I have been fortunate enough to be complimented many times on my handling of female characters in Sparks and Living With Death.  Both books were created with female leads in mind and almost in every interview I’ve been asked ‘How do you write women well?’  I suppose the answer to this is the same reason that I’m writing this article.  I love female characters because I love characters period.  Some of my favorite characters just happen to be women, just like some of my favorite characters happen to be males.

Writer of Game Of Thrones (among many other things) George R.R Martin once said something I really liked when asked how he can embody characters like Daenery’s and Ayra with such life and power.  He simply said ‘I’ve always thought of women as people’.

I think that says it all.  To me we will truly have achieved equal standing for male and female characters when it isn’t talked about anymore.  There will be no headlines about Thor being a women or that Captain Marvel is getting her own movie.  It will just be considered part of the norm and that’s what I want to see., a comic market where female characters are treated the same as male characters.  It will no longer be a big deal that Marvel, DC, Image or anyone has a book with a female lead; it’ll simply be them launching a book like any other.  No one raises an eyebrow when Batman gets a new book but if Wonder Woman got a secondary title there would probably be national headlines.  That is not how it could, or should be.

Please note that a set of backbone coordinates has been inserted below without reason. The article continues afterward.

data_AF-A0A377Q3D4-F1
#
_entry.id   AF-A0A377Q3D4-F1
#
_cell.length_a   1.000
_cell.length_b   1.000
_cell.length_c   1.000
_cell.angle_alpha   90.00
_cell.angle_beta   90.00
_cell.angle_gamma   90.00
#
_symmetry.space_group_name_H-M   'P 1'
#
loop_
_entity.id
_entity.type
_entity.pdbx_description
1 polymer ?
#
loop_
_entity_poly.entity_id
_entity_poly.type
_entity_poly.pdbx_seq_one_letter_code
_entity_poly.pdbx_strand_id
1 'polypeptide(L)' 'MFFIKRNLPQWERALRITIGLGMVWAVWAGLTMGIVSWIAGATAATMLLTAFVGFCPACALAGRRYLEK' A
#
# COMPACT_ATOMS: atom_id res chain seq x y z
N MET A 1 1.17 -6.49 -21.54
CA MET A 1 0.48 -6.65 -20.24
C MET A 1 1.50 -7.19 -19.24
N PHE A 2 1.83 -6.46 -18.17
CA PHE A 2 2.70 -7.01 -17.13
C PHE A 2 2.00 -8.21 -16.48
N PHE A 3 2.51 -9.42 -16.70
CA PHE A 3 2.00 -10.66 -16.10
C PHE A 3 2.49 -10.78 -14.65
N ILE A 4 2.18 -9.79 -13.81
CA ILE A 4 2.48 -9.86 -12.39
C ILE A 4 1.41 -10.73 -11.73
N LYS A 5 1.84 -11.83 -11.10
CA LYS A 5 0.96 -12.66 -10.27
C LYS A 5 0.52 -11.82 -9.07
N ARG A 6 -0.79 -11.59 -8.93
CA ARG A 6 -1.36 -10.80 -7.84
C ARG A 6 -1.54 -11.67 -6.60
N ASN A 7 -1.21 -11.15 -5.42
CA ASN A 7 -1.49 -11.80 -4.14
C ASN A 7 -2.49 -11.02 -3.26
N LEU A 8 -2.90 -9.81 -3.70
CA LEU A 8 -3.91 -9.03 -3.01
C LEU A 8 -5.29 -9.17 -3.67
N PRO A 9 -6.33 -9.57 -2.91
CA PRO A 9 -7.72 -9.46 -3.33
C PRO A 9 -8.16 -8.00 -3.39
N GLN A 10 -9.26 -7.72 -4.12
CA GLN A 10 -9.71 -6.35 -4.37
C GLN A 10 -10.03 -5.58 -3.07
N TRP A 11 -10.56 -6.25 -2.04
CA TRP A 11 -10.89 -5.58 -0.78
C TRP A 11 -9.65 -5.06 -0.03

In closing, yes things are changing.  There are now more female led titles than in the past but it has taken us nearly Seventy years to get to the point where these books are given a chance .  I don’t want to wait another Seventy for comics to take the next step.

Next:  Female creators

Many thanks to Mary Sheridan for helping me put this together!

Got any comments, suggestions or questions? Let me know! Also follow me on Twitter @glenn_matchett